The true power of religion is both its ability to make claims about the existence after death and apply unquestionable moral statements about the interactions between people under constant judgment. The idea of an omniscient being judging every move a person makes allows no room for disobeying his laws, but what about Bilal in Mauritania? For every delivery of water, Bilal received 1 ouguiya (200 ouguiya = 1$). His fear of lying in the presence of Allah prevented him from taking the money he rightfully deserved, keeping him in his place, enslaved and downtrodden. With barely enough food to eat or money to buy it, Bilal will never be able to buy himself out of slavery, and if, through some miracle, Bilal is freed, the possibility of him dying of starvation is disturbingly high. People, when discussing Disposable People, were all morally outraged by the ongoing cycle of slavery in these countries, yet every country had moral justification from their god. No, this religion was not Christianity, but in America, the exact same cycle existed in African and Native American slavery. In the Bible, the Ten Commandments represent the main laws of Christianity or any follower of YHWH, but people seem to ignore the near 390 more commandments immediately following them in Exodus 21 and pick and choose among them. In this chapter, God tells Moses the rules concerning everything, including slavery. “When a slaveowner strikes a male or female slave with a rod and the slave dies immediately, the owner shall be punished. But if the slave survives a day or two, there is no punishment; for the slave is the owner’s property” (Exodus 21: 20-21). In my opinion, I do not see anything about this statement that belongs in a moral standard in governing people's interactions. Whether or not my logic is able to grasp God’s purpose in this statement or the quote was somehow misinterpreted by the writer, this book is the sole foundation of the religion; therefore, it, in my opinion, must be taken at its intended value. . But the Bible is not amendable so where is the room for development? So from this, when communities allow religion to rule them, their moral structure becomes stagnant because of their inability to judge such ethical dilemmas objectively. I think the primary reason that gay marriage is not legalized today is because of this mix of government and religion. Objectively, I really can't think of one thing wrong with it that would label it unjust or unethical besides the Bible's conviction against it.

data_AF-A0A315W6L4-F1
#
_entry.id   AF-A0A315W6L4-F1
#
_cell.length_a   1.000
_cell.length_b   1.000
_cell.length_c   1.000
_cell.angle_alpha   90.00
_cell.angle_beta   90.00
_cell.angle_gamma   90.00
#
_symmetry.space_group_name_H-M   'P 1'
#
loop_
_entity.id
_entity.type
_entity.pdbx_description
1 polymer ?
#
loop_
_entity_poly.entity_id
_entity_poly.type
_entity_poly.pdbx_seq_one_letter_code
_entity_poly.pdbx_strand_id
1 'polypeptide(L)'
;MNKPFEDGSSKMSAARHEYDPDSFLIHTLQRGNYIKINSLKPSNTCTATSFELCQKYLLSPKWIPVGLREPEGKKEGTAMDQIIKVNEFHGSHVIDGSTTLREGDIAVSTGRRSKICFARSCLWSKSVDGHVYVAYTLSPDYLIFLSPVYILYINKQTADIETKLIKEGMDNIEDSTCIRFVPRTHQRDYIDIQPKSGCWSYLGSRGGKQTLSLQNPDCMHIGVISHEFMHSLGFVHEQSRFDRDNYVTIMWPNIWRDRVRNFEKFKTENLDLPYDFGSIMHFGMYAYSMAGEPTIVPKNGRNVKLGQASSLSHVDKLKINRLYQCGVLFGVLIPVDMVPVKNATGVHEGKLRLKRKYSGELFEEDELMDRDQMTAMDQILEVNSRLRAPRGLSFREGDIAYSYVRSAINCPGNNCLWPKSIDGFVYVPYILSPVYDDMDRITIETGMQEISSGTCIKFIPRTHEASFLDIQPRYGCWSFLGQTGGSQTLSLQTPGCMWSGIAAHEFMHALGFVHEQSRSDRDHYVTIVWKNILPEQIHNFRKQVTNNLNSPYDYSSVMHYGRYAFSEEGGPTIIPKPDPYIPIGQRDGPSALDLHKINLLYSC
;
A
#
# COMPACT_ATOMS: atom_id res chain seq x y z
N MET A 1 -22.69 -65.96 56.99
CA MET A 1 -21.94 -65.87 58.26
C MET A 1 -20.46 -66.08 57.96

While religion does provide hope, answers, comfort, and “love,” they all come with this essence of fear, whether of hell or death. Although it is the perfect system for ruling people (implementing rules which are punishable for eternity and the inability to question such rules because of God's sovereignty), it stunts the development of society, creating injustice in society and disrupting our reasoning when faced with this injustice because of mankind's inability to question such things.

9 comments:

Cal said...